The Rules of the Esoteric Order of the Senate
Benjamin “the Beast” Butler
- Matt Christman’s “Inebriated Past”
The Political Stylings of Teddy Roosevelt
- Roosevelt is frequently cited as the first “imperial president” (a term coined by Arthur Schlesinger in 1973 and bandied about by historians ever since) for his willingness run roughshod over Congress on issues of war. But it should be noted that he had a much more gentlemanly approach to domestic issues that affected his friends in the business community, preferring backroom negotiations and gentleman’s agreements on issues of labor and monopoly. See: Gabriel Kolko, The Triumph of Conservatism: A Reinterpretation of American History, 1900-1916 (1963)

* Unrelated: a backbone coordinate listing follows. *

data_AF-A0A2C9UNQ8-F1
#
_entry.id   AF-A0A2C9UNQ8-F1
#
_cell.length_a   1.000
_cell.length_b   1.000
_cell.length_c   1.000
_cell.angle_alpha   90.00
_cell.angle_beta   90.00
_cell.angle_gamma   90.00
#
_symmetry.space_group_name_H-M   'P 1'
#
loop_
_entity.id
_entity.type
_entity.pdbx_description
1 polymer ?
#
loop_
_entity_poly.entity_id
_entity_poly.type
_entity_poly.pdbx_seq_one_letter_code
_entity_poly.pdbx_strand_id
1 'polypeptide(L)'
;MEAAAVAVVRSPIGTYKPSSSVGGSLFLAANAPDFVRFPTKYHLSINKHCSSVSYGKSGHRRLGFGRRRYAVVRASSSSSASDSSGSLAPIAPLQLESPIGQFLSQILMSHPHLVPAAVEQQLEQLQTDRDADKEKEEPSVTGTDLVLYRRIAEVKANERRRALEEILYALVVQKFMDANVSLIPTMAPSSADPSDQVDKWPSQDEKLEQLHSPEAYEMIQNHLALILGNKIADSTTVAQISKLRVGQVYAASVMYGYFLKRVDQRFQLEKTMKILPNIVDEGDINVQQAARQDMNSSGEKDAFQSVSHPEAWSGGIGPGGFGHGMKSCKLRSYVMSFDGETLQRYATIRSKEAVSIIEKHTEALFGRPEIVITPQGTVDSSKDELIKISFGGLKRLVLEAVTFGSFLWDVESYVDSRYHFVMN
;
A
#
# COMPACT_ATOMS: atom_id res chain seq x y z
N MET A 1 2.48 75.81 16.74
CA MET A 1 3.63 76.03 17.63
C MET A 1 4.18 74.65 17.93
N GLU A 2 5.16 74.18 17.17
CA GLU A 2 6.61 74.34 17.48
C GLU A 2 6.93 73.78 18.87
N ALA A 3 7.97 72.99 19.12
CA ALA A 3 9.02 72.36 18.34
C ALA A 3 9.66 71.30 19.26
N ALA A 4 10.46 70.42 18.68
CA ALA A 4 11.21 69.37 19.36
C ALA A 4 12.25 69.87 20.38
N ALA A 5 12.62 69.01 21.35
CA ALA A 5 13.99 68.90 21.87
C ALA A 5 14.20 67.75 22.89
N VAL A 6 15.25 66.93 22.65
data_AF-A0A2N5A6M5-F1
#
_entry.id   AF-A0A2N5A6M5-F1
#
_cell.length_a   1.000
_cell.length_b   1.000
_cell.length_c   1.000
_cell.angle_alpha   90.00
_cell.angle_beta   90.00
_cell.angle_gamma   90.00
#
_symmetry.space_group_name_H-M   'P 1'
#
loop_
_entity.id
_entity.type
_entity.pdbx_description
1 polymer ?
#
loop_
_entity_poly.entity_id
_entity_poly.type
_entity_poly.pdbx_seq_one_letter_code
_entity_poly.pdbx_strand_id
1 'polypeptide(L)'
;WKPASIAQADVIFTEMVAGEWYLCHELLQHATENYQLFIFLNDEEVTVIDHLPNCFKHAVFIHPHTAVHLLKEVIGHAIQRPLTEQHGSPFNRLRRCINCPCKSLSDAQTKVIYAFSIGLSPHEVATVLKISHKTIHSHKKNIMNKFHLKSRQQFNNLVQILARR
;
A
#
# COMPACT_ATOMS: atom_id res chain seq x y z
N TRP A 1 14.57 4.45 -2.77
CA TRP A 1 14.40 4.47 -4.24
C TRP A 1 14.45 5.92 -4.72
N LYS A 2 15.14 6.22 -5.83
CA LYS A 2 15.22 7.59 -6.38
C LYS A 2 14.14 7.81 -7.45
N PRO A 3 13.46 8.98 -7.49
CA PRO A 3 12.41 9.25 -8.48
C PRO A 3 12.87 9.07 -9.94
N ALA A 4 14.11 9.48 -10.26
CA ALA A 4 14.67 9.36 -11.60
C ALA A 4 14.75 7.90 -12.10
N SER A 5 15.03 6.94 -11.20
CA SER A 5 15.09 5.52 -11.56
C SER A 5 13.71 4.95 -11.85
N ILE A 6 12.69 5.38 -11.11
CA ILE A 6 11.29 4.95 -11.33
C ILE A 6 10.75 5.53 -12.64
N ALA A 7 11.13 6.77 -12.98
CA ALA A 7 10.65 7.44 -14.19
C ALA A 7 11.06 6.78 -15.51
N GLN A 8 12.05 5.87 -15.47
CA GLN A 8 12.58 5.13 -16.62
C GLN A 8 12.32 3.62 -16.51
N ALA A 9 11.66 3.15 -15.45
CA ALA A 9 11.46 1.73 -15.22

The Spanish Flu as an Explanation for 1920s Excesses
- For a sample of the many people making this idiotic argument, see: The Atlantic, “Prepare for the Roaring Twenties,” 5/21/2020; The Guardian, “Epidemiologist Looks to the Past to Predict Second Post-Pandemic Roaring 20s,” 12/21/2020; “Roaring 20s after the Pandemic? Big Banks Warn be Careful What You Wish For,” from “The Davos Agenda” section of CNBC’s website, 1/27/2021; and the more skeptical Politico, “Post-Covid America Isn’t Going to be Anything Like the Roaring ‘20s,” 3/18/2021.
The Dixiecrat Convention of 1948
- “The Dixiecrats Depart,” from the Backstory with the American History Guys podcast.
- See also: James Loewen and Edward Sebesta, The Confederate and Neo-Confederate Reader (2010)
Devo – Freedom of Choice